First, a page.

Spinal pain and its impact on older people

Manuela Ferreira, Katie De Luca

Research output: Contribution to journalArticle

7 Citations (Scopus)


The term ‘spinal pain’ collectively includes the cervical, thoracic and lumbosacral regions of the spine. The majority of older people experience spinal pain, and with an increasing proportion of older people, the prevalence of spinal conditions are expected to increase in the coming decades. Musculoskeletal conditions of the spine in the older patient commonly include osteoarthritis and spinal stenosis, and the result of these degenerative diseases includes pain, stiffness and a decreased ability to engage in everyday activities. More than just the burden of pain, spinal pain has a significant considerable impact on the wellbeing and independence of older people within the community. Spinal pain is poorly managed, and knowledge of safe and effective treatment strategies are lacking because of the exclusion of older people in clinical research. Spinal pain in older people is a global health problem; the physical and personal impact of spinal directly threatens efforts to support healthy ageing.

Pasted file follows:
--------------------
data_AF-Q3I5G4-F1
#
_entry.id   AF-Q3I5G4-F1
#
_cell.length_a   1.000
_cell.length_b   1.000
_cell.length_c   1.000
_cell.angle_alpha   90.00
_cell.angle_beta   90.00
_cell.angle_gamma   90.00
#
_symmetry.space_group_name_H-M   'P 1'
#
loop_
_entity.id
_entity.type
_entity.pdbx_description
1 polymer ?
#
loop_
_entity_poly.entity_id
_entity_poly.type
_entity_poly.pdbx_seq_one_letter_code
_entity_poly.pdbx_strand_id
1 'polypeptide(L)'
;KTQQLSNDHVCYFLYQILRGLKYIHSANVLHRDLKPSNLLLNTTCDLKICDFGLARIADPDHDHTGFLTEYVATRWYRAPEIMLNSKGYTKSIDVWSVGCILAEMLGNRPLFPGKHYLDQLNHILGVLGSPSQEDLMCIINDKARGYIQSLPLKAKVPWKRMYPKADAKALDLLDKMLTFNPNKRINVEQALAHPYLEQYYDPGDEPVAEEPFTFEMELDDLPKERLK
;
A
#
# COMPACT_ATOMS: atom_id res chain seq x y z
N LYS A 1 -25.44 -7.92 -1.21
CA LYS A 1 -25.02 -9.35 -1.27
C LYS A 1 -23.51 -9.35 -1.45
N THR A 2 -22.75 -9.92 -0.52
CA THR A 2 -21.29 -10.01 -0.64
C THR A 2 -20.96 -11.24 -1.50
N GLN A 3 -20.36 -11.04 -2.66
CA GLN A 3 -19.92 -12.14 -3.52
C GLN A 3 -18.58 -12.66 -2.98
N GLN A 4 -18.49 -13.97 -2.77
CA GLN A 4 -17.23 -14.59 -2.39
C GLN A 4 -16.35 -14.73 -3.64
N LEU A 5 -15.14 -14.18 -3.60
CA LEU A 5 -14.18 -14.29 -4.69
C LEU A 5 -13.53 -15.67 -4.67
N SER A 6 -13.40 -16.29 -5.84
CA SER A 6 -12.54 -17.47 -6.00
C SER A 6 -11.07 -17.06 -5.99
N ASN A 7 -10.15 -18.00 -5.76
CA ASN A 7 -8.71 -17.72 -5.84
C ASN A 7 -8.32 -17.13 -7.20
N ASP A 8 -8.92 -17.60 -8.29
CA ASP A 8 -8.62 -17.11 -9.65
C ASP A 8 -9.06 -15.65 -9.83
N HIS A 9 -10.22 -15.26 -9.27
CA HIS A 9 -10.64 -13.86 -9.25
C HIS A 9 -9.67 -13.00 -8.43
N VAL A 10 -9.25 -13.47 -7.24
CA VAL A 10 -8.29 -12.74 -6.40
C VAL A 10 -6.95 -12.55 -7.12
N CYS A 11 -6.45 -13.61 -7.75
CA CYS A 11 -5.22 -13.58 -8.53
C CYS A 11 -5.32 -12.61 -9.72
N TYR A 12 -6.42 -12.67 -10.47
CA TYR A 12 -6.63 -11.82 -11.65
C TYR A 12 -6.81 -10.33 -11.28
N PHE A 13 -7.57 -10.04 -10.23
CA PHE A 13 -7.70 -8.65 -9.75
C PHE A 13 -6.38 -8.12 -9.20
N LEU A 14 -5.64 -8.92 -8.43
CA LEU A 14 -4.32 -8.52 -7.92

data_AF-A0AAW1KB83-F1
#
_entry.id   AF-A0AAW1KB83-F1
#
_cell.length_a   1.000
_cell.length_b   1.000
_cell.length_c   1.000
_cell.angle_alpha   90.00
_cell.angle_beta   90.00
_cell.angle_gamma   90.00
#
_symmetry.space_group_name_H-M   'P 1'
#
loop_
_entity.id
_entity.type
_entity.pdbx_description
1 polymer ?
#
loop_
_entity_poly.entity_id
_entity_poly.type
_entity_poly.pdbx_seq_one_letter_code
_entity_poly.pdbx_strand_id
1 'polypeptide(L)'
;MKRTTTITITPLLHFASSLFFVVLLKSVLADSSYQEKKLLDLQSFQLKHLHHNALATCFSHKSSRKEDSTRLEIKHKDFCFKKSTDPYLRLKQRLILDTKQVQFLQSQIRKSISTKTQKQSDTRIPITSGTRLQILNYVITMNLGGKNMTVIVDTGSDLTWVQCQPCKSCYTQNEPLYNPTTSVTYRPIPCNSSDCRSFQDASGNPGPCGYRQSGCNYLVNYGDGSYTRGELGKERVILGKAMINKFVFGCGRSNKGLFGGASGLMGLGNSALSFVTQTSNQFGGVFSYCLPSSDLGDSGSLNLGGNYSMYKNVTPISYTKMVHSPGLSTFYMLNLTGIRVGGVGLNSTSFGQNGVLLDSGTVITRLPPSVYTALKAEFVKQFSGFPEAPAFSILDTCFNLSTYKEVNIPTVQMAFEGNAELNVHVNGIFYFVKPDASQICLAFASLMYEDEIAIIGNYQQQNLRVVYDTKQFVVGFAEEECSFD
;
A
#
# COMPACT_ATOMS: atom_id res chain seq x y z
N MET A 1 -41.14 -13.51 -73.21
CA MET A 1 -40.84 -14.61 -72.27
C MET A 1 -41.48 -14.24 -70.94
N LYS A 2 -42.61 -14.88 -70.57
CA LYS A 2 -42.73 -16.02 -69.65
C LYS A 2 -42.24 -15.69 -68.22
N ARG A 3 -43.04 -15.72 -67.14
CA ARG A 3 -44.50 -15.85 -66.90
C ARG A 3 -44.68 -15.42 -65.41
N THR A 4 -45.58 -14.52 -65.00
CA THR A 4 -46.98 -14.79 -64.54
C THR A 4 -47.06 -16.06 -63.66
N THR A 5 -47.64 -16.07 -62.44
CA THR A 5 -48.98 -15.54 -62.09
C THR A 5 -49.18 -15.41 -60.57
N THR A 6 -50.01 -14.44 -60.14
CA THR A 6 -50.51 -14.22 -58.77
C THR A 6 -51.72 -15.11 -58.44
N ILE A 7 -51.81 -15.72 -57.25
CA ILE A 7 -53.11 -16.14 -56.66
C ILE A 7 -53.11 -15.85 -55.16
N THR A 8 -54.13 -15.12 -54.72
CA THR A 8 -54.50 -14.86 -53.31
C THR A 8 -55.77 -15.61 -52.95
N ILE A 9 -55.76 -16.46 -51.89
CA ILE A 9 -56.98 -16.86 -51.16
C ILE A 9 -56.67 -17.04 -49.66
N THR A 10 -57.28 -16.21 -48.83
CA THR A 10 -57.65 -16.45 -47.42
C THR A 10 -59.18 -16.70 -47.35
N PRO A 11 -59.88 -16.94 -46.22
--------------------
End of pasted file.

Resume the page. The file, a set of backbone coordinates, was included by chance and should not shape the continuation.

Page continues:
Original languageEnglish
Pages (from-to)192-202
Number of pages11
JournalBest Practice and Research: Clinical Rheumatology
Issue number2
Publication statusPublished - Apr 2017
Externally publishedYes


  • aging
  • aged
  • musculoskeletal pain
  • musculoskeletal diseases
  • low back pain
  • osteoarthritis
  • pain management
  • Musculoskeletal diseases
  • Low back pain
  • Pain management
  • Aging
  • Musculoskeletal pain
  • Aged
  • Osteoarthritis

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